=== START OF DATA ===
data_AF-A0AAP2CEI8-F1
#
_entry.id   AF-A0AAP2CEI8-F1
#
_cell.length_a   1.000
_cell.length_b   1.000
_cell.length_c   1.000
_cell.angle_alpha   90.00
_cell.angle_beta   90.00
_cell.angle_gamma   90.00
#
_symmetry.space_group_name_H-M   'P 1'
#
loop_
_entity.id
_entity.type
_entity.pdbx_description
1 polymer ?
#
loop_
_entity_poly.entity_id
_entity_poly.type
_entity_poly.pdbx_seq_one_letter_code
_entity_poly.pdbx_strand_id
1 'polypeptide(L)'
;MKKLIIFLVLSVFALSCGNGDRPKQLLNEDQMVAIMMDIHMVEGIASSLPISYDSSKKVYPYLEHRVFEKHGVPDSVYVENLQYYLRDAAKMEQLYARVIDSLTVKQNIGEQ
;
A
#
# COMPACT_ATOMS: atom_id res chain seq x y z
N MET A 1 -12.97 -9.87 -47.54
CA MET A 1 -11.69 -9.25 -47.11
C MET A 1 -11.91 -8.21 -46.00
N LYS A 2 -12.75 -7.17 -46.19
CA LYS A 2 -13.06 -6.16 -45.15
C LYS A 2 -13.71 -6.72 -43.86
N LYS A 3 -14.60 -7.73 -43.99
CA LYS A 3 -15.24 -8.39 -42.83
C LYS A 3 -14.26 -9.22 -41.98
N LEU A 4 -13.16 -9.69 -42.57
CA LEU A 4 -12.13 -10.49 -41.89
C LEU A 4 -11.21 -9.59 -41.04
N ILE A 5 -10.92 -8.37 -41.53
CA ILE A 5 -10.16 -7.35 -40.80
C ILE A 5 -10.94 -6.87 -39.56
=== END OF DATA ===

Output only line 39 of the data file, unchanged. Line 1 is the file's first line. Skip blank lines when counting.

C LYS A 3 -14.26 -9.22 -41.98